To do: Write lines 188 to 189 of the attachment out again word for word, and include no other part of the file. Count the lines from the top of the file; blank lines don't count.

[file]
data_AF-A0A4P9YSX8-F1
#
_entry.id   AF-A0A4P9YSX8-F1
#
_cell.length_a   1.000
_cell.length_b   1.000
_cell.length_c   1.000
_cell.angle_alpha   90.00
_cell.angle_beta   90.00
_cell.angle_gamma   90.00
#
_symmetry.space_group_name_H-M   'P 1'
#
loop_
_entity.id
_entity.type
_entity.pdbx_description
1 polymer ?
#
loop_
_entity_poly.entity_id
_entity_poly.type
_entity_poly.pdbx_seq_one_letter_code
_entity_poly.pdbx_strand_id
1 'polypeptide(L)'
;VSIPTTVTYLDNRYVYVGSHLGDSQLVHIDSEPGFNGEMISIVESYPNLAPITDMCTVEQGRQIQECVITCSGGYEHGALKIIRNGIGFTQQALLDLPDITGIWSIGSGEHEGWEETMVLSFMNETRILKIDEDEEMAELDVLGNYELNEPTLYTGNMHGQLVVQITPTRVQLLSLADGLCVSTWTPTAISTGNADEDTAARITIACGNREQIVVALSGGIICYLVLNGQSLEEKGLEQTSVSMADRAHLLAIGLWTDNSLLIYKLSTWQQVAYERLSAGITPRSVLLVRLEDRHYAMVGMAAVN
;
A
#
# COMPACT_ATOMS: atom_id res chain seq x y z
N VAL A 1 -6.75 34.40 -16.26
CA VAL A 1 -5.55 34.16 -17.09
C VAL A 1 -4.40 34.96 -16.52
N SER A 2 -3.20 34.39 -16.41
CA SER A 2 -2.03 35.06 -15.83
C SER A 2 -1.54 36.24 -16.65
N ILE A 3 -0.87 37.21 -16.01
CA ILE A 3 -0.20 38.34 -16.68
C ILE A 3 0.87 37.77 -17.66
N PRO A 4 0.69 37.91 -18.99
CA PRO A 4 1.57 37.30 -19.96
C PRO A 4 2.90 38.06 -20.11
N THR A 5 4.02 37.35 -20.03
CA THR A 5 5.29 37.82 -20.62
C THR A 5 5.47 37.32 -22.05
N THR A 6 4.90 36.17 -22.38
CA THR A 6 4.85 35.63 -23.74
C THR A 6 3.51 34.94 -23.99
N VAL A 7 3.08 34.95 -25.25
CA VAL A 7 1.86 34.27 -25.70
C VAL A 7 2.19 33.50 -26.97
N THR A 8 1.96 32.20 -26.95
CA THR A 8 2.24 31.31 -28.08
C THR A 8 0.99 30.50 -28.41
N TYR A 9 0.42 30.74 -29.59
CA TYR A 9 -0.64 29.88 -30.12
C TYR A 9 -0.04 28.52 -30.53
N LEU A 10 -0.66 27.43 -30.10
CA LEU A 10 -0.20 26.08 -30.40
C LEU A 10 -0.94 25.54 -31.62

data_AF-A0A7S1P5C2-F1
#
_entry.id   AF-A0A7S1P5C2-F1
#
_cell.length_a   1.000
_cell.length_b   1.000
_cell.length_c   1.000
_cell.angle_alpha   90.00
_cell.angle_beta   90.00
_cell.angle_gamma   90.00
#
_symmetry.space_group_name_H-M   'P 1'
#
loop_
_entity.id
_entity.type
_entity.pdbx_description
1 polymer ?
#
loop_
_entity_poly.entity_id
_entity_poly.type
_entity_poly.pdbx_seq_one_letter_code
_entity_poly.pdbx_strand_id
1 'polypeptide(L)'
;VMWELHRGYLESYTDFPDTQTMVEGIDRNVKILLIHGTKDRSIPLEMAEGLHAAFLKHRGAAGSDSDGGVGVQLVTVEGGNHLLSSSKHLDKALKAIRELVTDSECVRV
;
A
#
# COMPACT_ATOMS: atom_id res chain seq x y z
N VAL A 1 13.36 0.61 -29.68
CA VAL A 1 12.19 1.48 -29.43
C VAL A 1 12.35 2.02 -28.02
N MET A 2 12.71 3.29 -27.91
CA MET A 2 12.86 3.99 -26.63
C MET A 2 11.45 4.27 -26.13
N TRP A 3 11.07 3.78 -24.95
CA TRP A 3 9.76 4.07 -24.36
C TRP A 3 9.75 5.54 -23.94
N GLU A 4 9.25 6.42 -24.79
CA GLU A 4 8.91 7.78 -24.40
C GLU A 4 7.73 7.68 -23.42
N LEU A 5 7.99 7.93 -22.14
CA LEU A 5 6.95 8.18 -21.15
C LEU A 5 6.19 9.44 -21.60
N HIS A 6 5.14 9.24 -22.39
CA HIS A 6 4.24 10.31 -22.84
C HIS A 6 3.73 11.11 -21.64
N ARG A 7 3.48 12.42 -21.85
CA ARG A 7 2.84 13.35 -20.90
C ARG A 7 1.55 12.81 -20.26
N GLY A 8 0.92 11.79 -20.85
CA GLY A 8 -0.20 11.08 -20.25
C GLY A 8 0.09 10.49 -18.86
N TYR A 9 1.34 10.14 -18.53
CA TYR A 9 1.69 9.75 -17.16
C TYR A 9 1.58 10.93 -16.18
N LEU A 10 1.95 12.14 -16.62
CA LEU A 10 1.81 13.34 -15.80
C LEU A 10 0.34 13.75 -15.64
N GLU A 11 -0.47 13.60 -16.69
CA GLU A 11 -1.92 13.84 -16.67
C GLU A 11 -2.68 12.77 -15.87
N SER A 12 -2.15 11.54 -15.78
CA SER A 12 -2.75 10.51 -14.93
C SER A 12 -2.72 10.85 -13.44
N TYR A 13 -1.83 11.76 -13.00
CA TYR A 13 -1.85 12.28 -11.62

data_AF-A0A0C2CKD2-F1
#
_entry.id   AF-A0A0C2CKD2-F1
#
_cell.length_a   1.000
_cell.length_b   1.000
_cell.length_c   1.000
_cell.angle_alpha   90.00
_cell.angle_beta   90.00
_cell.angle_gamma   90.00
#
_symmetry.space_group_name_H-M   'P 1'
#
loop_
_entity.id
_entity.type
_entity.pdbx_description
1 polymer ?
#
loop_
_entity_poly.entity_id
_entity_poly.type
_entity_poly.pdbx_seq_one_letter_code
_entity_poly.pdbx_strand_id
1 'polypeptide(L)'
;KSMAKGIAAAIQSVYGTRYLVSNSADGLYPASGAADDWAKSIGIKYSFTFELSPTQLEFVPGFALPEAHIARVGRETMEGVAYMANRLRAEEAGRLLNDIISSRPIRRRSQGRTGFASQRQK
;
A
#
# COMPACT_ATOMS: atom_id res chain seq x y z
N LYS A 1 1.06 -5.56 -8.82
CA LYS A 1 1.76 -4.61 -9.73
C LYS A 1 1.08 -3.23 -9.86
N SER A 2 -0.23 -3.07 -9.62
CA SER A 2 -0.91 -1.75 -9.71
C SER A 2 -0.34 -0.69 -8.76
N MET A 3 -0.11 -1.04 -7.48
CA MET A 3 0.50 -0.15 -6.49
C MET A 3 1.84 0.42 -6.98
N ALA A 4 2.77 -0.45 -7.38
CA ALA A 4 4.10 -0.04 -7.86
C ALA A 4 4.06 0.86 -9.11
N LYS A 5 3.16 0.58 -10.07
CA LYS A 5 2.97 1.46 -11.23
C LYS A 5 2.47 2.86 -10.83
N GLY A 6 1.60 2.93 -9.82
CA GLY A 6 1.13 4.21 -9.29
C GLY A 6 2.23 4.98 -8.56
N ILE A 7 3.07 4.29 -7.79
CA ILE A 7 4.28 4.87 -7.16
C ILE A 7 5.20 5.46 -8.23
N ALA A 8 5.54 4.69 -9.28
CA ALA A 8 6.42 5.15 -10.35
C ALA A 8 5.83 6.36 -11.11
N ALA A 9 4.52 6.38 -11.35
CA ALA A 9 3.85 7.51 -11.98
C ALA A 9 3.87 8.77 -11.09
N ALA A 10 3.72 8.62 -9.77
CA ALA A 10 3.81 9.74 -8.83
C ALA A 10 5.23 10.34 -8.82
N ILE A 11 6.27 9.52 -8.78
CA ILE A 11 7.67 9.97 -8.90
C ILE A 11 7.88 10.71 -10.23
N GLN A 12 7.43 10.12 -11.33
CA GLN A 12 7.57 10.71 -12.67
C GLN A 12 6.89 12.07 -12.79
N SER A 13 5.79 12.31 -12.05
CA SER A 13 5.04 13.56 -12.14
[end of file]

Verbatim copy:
C ALA A 10 5.23 10.34 -8.82
N ILE A 11 6.27 9.52 -8.78